Because entrepreneurs put a ton of time into their businesses, every once in a while it's a good idea to step back a bit (one step, probably not two) and catch up with what's happening beyond our entrepreneurial world.
The Big Stuff first: The Cubs are doing all right, generally looking good to at least reach the NL playoffs; the Sox are doing better than most anyone expected. Still, there's not likely to be an all-Chicago World Series.
In the rest of the world, based upon data from the Pew Research Center, a respected, nonpartisan think tank based in Washington, D. C:
• It may be a bit of a surprise, but not so many of us are so big on cutting federal spending.
• As of last November, there were more immigrants in the U.S. than in any other country. According to Pew, "More than 40 million people living in the United States were born in another country. Those 40 million account for about one-fifth of the world's immigrants (2016 data).
Both federal spending and immigration are regular discussion topics.
Let's look first at spending. Pew data collected in March indicates that, given the option, 72% of us would increase spending on education and veterans' benefits; only 9% would cut money going to education and just 4% would reduce federal dollars going toward benefits for our military veterans.
Sixty-two percent would boost spending on infrastructure; 55% would spend more on Medicare; a similar percentage would increase environmental protection spending and slightly more than half would increase spending on health care (53%) and scientific research (52%).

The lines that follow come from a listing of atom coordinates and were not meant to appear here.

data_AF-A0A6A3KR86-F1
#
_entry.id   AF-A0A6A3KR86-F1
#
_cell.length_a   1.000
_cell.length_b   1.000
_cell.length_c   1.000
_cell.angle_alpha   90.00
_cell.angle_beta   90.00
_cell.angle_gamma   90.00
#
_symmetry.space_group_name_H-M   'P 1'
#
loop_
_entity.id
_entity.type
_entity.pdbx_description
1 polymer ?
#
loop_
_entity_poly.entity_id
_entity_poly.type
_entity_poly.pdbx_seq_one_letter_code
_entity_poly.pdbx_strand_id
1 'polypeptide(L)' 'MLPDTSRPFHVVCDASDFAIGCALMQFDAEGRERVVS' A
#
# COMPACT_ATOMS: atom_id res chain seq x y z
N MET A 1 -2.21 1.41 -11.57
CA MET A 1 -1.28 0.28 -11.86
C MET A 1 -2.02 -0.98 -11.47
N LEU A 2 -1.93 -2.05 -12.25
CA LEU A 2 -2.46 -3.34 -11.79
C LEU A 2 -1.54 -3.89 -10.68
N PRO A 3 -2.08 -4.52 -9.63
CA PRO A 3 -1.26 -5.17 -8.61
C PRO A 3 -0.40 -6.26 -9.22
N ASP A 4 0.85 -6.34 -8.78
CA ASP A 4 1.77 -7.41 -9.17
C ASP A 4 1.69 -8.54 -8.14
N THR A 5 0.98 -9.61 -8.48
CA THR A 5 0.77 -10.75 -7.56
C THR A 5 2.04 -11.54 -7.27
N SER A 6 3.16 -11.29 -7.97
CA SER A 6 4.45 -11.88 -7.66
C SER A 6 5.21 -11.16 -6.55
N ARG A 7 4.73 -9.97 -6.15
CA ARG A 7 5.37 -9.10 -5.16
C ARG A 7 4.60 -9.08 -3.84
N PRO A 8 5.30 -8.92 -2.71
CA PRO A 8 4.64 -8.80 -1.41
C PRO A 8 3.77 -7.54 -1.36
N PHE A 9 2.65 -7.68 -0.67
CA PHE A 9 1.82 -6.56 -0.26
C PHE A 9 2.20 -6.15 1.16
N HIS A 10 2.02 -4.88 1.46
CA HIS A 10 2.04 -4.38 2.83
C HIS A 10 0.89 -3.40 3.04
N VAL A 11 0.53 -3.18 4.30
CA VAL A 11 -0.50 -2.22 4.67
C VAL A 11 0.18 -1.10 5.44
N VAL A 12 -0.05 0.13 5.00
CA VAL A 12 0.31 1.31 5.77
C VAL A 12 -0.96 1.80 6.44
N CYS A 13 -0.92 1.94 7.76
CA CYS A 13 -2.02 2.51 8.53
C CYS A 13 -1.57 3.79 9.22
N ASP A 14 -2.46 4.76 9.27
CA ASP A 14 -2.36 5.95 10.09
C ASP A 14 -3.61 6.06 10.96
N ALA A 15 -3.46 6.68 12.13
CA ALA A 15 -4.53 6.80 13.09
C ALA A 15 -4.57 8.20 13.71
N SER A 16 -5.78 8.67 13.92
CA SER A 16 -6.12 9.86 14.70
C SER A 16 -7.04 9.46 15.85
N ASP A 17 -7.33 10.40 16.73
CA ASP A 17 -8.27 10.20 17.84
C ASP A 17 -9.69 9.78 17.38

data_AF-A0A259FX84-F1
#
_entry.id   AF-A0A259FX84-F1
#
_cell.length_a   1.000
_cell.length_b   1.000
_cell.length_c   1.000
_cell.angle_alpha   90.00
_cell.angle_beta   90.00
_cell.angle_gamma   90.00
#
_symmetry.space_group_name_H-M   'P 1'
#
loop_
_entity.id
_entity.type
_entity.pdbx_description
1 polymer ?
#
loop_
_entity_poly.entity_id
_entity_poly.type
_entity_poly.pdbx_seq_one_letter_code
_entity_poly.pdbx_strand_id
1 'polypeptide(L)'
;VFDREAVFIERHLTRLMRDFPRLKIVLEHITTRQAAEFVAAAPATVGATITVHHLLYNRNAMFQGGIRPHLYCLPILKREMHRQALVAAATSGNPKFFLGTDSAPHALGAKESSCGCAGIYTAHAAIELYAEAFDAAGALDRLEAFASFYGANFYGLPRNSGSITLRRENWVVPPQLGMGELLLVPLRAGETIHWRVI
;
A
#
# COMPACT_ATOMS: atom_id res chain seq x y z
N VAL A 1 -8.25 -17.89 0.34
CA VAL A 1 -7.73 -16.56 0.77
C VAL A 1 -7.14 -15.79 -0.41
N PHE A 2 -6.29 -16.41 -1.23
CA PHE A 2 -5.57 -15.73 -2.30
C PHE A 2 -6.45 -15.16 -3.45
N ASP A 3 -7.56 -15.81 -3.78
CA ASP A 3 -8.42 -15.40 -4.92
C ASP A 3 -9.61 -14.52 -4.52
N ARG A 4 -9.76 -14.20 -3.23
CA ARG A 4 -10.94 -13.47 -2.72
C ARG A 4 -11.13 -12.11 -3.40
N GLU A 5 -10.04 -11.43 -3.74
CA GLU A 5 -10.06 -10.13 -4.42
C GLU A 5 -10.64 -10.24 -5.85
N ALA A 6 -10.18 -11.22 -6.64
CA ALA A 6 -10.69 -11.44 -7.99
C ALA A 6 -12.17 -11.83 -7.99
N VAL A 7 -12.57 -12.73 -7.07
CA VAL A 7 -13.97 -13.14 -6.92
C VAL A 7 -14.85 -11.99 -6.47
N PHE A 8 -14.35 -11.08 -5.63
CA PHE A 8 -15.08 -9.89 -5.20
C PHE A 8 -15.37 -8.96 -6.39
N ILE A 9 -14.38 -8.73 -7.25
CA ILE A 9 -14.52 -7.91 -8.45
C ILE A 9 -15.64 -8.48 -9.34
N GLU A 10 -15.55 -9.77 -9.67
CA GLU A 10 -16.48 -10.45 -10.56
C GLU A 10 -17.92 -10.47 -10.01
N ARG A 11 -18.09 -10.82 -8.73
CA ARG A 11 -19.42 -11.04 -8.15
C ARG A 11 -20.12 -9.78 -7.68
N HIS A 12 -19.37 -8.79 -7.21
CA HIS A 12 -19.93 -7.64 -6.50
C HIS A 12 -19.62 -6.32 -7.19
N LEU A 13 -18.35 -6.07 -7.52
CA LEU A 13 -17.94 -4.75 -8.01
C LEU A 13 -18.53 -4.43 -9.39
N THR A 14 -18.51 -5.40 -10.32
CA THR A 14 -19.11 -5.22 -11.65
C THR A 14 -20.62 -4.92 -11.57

Collectively, we aren't that eager to reduce spending. The three programs we were most willing to cut were "assistance to needy in the world" (28%), and assistance to the unemployed and military defense; 23% of us would reduce spending in those categories.
Immigration certainly is another key issue. According to the Pew data, the U.S. foreign-born population reached a record 43.7 million in 2016. Today, immigrants are 13.5% of our total population.
Pew estimates that 76% of the immigrants in the U.S. are here legally; in 2016, 45% were naturalized citizens.
Nearly every country in the world is represented in the U.S. immigrant population.
If you pay much attention to the TV talking heads, it shouldn't be much of a surprise that, according to Pew, our trust in the federal government is at a historic low: Just 17% of us trust the government to do the right thing always or most of the time; 71% of us say we trust the government some of the time.
It's likely more of a surprise that, except for what Pew designates "a brief period following the 9/11 terrorist attacks," it has been more than 40 years since public trust in government was above 50%.
Hmmm. Maybe we should get back to our entrepreneurial tasks.